On March 10th I flew to Wellington to attend a Parliamentary Symposium for the 50th Anniversary of the Treaty on the Non-Proliferation of Nuclear Weapons (NPT). This symposium hosted by PACDAC (Public Advisory Committee on Disarmament and Arms Control) Chair and Under-Secretary for Disarmament and Arms Control, Fletcher Tabuteau, was a great event for networking, discussion, and consideration of the Treaty’s past and its implications for the future.
A variety of speakers and individuals attended the symposium providing global perspectives and insights. The keynote speech by Ms Izumi Nakamitsu, United Nations High Representative for Disarmament Affairs, discussed current challenges for nuclear disarmament and opportunities to pursue a world free of nuclear weapons. It was noted that it is of high priority that we disarm because of the destructive nature of nuclear weapons, the threat they pose to the planet and potential for a humanitarian catastrophe. Questioning what we can learn from the climate change movement showed that we need to go beyond the UN to get knowledge and voices on nuclear disarmament out to the wider public.
Each of us can make a difference. As the Dalai Lama, “If you think you are too small to make a difference, try sleeping with a mosquito.”
Education was a concept which arose frequently throughout the day, with one question which was posed resonating in my mind, ‘why are we talking to ourselves?’ The people present at the symposium already know about the NPT and nuclear disarmament efforts; it is those who do not know that we need to be speaking with.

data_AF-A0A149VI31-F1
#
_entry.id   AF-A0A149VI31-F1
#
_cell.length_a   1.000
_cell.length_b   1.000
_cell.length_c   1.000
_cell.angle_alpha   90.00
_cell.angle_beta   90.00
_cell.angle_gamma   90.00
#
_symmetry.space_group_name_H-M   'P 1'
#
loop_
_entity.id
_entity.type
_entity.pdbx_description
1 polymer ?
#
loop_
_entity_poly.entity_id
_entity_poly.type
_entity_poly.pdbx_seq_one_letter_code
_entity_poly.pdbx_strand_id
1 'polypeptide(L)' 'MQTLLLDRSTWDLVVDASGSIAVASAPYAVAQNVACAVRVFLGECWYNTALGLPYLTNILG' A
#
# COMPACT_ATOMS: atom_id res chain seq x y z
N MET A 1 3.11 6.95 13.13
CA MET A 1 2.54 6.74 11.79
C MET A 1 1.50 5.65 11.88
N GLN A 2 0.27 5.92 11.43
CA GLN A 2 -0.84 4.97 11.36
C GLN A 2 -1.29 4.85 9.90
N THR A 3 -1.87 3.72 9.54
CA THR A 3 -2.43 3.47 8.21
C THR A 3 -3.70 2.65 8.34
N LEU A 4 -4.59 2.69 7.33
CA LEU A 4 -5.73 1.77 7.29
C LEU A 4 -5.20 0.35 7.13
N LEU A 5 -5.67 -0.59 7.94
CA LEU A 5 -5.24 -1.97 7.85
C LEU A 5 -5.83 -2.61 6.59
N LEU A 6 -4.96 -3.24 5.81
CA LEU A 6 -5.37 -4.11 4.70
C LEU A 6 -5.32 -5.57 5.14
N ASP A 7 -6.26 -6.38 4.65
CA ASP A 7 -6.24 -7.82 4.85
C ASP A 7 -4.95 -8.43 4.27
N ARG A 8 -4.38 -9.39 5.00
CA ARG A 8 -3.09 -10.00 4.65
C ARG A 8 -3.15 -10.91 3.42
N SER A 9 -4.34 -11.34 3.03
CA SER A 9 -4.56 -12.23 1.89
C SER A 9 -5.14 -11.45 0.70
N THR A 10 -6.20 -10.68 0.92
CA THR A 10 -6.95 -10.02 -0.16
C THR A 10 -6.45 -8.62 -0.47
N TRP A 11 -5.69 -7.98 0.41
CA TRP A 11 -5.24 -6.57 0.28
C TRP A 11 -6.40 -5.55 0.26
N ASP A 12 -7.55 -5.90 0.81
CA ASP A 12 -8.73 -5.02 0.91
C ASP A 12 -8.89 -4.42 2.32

As a youth myself, I found the youth panel particularly interesting because of the backgrounds of the panellists and how they had come together to speak about the NPT. Similar to their panel discussion, I believe education is key. From my own research with New Zealand nuclear test veterans and Hibakusha from Hiroshima and Nagasaki, I learned so much that was not taught during my years at school. My passion for this field has driven me to research further and educate people about the humanitarian impacts of nuclear weapons. Attending this symposium was encouraging because it showed that other youth feel the same.
I was inspired that even 50 years on, we have hope: hope for the future, hope for positive change and hope that we will see the Treaty on the Prohibition of Nuclear Weapons enter into force.